The discussion about how to best protect transgender student athletes in Minnesota’s high schools is set to resume this week, and despite two months of cooling-off time, one side in the debate is roaring back, full speed ahead and guns blazing.
That side is represented by a conservative group based in Mankato, Minn., that is well-known for its opposition to new guidelines that would apply to students across Minnesota and put the state in compliance with a U.S. Department of Education update to Title IX requirements. That update extends the law’s civil rights protections to all students, regardless of sexual orientation or gender identity.
Readers of the Sunday edition of the Minneapolis Star Tribune couldn’t help but see the group’s full-page color ad in the main section, featuring a young woman of high-school age, dressed to play baseball, but warming the bench instead of standing in the batter’s box. The idea is that she’s off the team because a transgender student took her place.
The advertisement on page A10 was purchased by Child Protection League Action, which describes itself on its website as “a 501(c)4 nonprofit corporation that is committed to promoting the welfare of children and protecting them from exploitation, indoctrination, and violence. CPLAction educates the public and public officials, lobbies elected lawmakers, and equips its members to impact public policies and legislation toward the physical, mental and emotional safety and welfare of children.”
What the website doesn’t say is that the group has joined forces with the Minnesota Catholic Conference in protesting the proposal that would accommodate transgender student athletes. In September, CPLAction placed a full-page color ad on the back of the Star Tribune’s Sunday sports section, asking “A male wants to shower beside your 14-year-old daughter. Are YOU OK with that?”
This time, CPLAction’s ad took aim directly at the wallets and purses of parents of student athletes who are pinning their hopes of a college education on their children’s chance of a scholarship.
“The End of Girls’ Sports?” reads the headline, with the word “End” in red. “Her dream of a scholarship shattered, your 14-year-old daughter just lost her position on an all-girls team to a male,” the ad states, again highlighting a word in red, this time: male. The ad attempts to stoke the same fear as the September campaign, with the tagline: “And she may have to shower with him. Are you willing to let that happen?”
Once Minnesota media critic David Brauer tweeted about the ad, the Twitterverse lit up. At least one subscriber told The Advocate this second transphobic ad was just too much for her to tolerate and that she would be calling to cancel her subscription. Reaction on Facebook likewise has been swift and negative, as comments focused on the ad campaign’s attempt to inspire fear of transgender people, calling the effort “sick,” “disgusting,” and “shameful.” In response to the ad, Kirsten Hart wrote in a forum for parents of transgender children, “MY child is a risk to NO ONE.”
Some Facebook users criticized the publisher, former Republican Minnesota lawmaker Glen Taylor, who also owns the Timberwolves and Lynx pro basketball teams.
The Advocate reached out to the Star Tribune and its senior vice president and chief revenue officer, Paul Kasbohm, for comment. A senior editor at the newspaper said the newsroom had received no complaints so far, and Kasbohm has so far not replied.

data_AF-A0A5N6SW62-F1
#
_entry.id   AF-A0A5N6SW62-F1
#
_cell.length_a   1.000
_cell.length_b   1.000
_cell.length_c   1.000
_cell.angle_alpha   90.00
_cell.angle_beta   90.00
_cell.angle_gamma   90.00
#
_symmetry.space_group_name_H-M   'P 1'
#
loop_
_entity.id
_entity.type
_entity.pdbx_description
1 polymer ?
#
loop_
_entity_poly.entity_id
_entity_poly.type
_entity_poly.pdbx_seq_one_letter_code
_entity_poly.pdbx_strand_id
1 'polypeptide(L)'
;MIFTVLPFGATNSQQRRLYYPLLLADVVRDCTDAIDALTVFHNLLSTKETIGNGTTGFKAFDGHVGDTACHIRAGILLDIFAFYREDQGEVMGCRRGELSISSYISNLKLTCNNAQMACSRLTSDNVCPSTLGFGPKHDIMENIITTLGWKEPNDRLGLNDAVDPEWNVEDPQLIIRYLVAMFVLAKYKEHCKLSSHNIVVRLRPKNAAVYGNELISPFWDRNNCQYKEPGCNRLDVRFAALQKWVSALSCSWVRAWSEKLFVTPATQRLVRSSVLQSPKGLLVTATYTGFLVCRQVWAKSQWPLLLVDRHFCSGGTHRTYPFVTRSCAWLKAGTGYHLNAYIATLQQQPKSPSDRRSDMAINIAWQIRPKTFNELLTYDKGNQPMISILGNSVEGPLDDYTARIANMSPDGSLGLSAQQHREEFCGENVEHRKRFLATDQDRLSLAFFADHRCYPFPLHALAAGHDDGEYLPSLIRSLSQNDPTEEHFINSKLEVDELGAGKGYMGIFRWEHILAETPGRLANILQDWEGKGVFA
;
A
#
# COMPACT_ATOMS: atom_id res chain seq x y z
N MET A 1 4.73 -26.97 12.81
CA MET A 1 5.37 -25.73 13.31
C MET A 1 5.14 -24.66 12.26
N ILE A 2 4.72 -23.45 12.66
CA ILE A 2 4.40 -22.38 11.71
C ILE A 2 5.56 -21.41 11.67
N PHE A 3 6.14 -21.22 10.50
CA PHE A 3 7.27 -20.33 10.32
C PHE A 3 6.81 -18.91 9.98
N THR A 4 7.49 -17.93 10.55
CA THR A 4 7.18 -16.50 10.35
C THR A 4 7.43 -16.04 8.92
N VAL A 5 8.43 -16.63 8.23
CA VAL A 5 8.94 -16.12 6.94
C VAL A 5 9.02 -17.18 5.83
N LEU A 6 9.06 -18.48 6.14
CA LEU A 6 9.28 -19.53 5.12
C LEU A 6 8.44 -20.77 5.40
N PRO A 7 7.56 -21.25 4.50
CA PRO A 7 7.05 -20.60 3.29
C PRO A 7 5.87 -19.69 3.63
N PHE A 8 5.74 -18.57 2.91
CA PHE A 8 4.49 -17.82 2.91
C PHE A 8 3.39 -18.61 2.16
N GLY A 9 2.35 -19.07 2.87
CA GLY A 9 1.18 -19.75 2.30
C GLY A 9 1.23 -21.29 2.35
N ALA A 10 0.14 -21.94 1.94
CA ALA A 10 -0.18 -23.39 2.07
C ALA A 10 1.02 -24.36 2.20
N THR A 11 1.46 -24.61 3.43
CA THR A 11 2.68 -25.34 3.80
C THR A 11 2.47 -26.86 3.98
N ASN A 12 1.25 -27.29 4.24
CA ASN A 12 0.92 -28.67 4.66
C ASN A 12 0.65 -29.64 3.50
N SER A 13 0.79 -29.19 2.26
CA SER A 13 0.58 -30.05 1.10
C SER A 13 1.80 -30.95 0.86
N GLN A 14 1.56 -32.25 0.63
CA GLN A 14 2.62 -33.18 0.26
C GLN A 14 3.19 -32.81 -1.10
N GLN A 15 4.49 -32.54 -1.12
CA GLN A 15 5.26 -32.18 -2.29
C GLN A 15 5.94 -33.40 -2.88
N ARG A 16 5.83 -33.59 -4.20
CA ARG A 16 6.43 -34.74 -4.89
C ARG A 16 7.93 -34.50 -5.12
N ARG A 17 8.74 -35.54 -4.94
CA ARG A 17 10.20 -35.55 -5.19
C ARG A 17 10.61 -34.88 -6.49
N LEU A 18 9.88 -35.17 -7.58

The ad also appeared in the hometown paper of CPLAction, The Mankato Free Press. Organizers at CPLAction did not respond to The Advocate’s emails with questions about the ad.
One of those questions that needs an answer is how CPLAction came to use a photograph of a model portraying fictional lesbian baseball player Susie Torres in their advertisement, as tweeted by Chris Steller of Minneapolis and first reported by the Bluestem Prairie website. The photo was used to illustrate the cover of the young adult novel Going, Going, Gone: Susie's Story, published by Bella Books in 2012.
One of the four school leaders cited in the ad did at least acknowledge an email from The Advocate seeking comment. Troy Urdahl, the director of athletics for the St. Anthony-New Brighton Schools, has in fact received so much email as a result of this controversy that he has set up an automatic reply: “Recent direct mailings and newspaper advertisements have created significant interest in a proposed MSHSL transgender participation policy. I have received significant feedback from both supporters and those opposed to this policy. Please know I will be able to review your email, but due to the volume of messagse [sic] received, it is not possible to reply all emails. I appreciate you taking the time to provide me with your perspective.”
According to Minnesota Public Radio, the draft policy, which was expected to be approved by the Minnesota State High School League two months ago, dictated that “a female-to-male transgender student who has started hormone treatment can only play on male teams. One who hasn’t can play on either team. A male-to-female student must provide evidence of testosterone suppression therapy. The shower policy requires school districts (when possible) to provide private shower and changing facilities to any student athlete who requests them. It also bars school districts from revealing that a student athlete is a transgender person.”
The next meeting of the league is scheduled for Thursday, and the draft policy is again on the agenda for discussion. Star Tribune columnist Gail Rosenblum wrote back in October that the proposal was tabled so that, as league executive director Dave Stead said, the board could “walk forward to get it right.”